Pakistan Cricket Board did take its time before launching the league. And for a change, they did do their homework. Business viability of the league was given its due importance with various franchise owners having to pay handsome amounts of money to PSL board for the right to field their respective teams. Players draft system was properly thought through and financial rewards for the players were substantial. A Man of the Match award in PSL for example is worth 4500 US $, an amount that is four times the amount that is offered in the far richer IPL.

Cricket by its very nature would always be a prime target for match fixing. Being very cautious of the reputation of the nascent PSL, at the first hint of a possible incursion on the league's prestige in 2017, six players were suspended. After a thorough investigation when proven guilty, lengthy bans were slapped on two players (Sharjeel Khan and Khalid Latif - five years each) with lesser punishments awarded to the others. Everyone knew that PCB had learnt its lesson and were going to be fiercely protective of reputation of PSL. Match fixing and match fixers were not to be tolerated and would be weeded out.

The biggest obstacle in the way of a successful PSL of course was the fact that the tournament could not be staged in Pakistan. Given the security situation at home, it was obvious that if the league was to attract international players then PCB would have to stage the games in its adopted home of the UAE. Yes, financially it probably wouldn't be as lucrative and yes most matches would be played in half empty stadia but it would at least give the much needed international flavour to the tournament. The first PSL was therefore entirely staged in the UAE. And boy wasn't it a resounding success! The cricket mad Pakistanis had their prayers answered and they could finally see their favourite players compete with and against international players. The second year saw the final match being played in Lahore. Gaddafi stadium hosted the extravagant occasion in front of a jam packed full house. Cricket, after a hiatus of almost eight years was finally making a comeback.

Working on the same lines, third edition of PSL would have two play offs and the final in Pakistan. The build up to the play offs has not been without its fair share of drama. Till today, out of six participating teams, only one has been eliminated and any four out of the rest of five could qualify for the play offs. The points table looks really tight and it is very likely that the final positions could well be decided on net run rate (NRR) as the matches won and lost could result in almost equivalent points for various teams.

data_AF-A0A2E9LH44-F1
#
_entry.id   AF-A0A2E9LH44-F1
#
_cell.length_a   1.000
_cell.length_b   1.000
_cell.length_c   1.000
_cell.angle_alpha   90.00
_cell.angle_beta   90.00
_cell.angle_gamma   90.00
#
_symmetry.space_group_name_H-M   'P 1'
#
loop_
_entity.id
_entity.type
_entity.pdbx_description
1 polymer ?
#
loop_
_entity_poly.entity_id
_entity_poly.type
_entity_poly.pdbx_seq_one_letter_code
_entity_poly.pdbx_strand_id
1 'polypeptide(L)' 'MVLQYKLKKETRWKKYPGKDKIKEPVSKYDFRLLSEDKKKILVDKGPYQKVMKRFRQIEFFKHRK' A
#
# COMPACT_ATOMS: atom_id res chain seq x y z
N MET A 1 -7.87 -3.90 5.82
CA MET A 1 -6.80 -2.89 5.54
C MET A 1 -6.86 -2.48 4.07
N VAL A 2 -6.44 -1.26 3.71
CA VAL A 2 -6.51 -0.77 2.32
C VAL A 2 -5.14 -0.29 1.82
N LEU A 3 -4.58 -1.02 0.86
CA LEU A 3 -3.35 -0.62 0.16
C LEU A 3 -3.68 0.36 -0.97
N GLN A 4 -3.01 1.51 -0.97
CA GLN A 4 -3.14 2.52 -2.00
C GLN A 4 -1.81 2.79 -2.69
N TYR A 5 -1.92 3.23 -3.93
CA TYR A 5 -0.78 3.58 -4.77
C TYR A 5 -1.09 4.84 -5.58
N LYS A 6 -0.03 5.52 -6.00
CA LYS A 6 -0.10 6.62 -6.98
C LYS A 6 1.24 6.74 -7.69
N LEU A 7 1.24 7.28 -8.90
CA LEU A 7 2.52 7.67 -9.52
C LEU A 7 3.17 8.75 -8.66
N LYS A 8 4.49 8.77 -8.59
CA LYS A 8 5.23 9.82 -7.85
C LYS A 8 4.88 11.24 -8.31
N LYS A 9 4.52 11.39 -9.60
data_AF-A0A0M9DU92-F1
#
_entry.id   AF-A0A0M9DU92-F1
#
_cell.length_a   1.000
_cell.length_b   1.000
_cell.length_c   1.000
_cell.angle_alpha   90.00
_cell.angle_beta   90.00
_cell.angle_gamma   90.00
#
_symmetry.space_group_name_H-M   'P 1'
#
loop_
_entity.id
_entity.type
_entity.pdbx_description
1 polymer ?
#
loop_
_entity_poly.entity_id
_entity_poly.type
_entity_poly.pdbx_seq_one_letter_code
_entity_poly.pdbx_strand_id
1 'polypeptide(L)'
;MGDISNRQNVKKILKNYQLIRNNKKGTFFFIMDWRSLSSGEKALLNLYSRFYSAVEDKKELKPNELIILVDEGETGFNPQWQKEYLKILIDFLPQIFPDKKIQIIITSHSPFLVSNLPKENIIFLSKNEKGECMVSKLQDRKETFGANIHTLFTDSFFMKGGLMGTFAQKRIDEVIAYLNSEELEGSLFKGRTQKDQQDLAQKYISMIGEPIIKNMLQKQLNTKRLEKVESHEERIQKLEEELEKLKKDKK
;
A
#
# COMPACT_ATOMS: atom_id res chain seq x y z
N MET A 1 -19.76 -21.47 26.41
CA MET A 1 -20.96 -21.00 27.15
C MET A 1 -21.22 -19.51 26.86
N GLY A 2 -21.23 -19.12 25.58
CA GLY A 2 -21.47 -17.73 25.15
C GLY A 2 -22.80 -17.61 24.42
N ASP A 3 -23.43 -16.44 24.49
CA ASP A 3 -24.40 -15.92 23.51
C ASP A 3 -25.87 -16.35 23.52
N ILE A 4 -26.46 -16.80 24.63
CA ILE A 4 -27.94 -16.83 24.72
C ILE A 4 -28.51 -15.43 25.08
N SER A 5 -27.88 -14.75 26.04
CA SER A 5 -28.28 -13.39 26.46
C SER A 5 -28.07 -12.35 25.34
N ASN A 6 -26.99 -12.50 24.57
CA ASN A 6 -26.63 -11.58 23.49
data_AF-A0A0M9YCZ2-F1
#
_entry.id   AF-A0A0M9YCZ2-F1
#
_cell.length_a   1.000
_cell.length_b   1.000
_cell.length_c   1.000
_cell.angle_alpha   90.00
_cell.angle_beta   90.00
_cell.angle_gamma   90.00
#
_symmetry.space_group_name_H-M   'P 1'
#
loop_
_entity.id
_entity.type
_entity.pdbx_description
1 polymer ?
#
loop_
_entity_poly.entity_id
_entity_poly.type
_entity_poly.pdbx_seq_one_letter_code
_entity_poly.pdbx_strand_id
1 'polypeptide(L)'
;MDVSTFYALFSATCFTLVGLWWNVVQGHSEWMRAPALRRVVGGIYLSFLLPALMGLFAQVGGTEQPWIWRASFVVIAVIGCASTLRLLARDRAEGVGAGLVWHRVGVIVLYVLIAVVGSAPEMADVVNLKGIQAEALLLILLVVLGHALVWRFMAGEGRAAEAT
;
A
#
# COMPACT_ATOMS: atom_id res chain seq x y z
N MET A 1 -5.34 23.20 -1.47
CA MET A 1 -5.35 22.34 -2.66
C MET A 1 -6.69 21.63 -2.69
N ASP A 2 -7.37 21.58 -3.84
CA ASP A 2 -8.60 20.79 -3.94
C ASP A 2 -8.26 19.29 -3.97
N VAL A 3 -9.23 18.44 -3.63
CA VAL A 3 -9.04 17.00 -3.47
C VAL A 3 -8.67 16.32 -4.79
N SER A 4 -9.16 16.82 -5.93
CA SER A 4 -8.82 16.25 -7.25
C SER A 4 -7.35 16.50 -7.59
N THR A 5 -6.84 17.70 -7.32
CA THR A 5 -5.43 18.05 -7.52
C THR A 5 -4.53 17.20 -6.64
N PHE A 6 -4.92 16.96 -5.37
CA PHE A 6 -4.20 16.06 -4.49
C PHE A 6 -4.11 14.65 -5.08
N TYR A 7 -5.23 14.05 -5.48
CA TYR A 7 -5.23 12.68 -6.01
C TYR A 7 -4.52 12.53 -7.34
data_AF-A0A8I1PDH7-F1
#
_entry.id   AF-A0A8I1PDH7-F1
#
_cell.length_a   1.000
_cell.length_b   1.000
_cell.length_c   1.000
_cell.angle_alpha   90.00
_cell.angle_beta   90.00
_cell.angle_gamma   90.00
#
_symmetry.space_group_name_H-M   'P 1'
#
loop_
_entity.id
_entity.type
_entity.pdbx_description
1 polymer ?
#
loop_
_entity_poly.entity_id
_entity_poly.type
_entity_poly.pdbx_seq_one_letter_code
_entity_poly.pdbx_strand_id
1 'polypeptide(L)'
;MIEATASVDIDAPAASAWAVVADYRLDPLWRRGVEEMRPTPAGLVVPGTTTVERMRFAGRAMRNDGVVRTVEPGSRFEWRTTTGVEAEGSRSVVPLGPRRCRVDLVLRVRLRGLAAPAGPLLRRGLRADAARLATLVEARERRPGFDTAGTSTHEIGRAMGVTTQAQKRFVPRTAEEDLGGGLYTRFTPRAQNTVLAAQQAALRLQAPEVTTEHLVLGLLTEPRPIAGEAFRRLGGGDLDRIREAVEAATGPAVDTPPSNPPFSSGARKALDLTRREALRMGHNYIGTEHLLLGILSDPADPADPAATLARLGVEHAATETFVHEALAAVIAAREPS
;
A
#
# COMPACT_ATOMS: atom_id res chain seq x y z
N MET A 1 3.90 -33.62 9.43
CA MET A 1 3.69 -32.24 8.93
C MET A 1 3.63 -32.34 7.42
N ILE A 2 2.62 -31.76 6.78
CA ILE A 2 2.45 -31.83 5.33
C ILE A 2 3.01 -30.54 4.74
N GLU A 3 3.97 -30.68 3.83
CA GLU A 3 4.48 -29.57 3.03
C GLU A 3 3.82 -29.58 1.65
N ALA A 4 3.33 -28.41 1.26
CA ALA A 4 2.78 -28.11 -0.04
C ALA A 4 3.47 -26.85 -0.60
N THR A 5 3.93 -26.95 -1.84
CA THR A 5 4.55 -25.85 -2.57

It all has unfolded like a carefully orchestrated drama. I hope and pray for successful completion of the three Pakistan staged games. After those we should see the staging of three West Indies T20s in National Stadium Karachi (NSK). Once completed successfully, PCB would be in a very good position to stage the entire PSL 4 in Pakistan.

That is when PSL would seriously begin to challenge IPL in terms of prestige, money and global following. A game between Peshawar Zalmi and Islamabad United, when played in Rawalpindi Cricket Stadium would be far cry from the game that was played recently between these two teams in Dubai. This game would be in front of a jam packed stadium which would have a sea of colours and flags. Noise would be deafening and the players would have an instant acknowledgement of their performance by thunderous claps, bugle horns and drum beats. Same can be said of all the other games that would be played in the home or away grounds of the six participating teams. The young audience would get a chance to see their heroes up close and personal and this would result in a greater influx of fresh young talent to the game. PCB would be duly rewarded for its meticulously planned return of cricket to the domestic scene and the people of Pakistan would get a chance to enjoy some high quality games right in their home cities. This would also result in greater financial rewards for players and provided the security situation continues to improve, we would see international players all lining up to get selected for one of the six teams.

But perhaps the biggest advantage would be the propagation of the real image of Pakistan around the world. When the pictures of enthusiastic Pakistani cricket fans dressed up in national colours would be beamed around the world, people would realise what a friendly, cheerful and fun loving folk we are. Images of a burqa clad lady cheering on her favourite team, sight of a young mother who is attending the game with her family of young kids, scenes of a turbaned and bearded elderly gentleman clapping enthusiastically as he is applauding a straight six down the ground or the sight of a youngster in jeans and T shirt displaying a cheeky comment about the opposition team would show what a diverse, full of life, charming and big hearted people we are. The so called soft image (or what I like to call as the real image) of Pakistan could not have been portrayed any better.

Since that fateful day in 2009 when terrorists fired on the bus carrying the Sri Lankan cricket team, Pakistan cricket went from one crises to another. 2010 saw the spot fixing scandal which was probably when we hit rock bottom. From then on, we have slowly but surely marched towards achieving our former glory. What we have done right is that we have learned from our mistakes. There has been an honest appraisal of do's and don'ts and thankfully, the master plan has been followed. It seems that we are finally, approaching the end of a long and dark tunnel. One can only hope and pray that we carry on with this process of recovery. Amen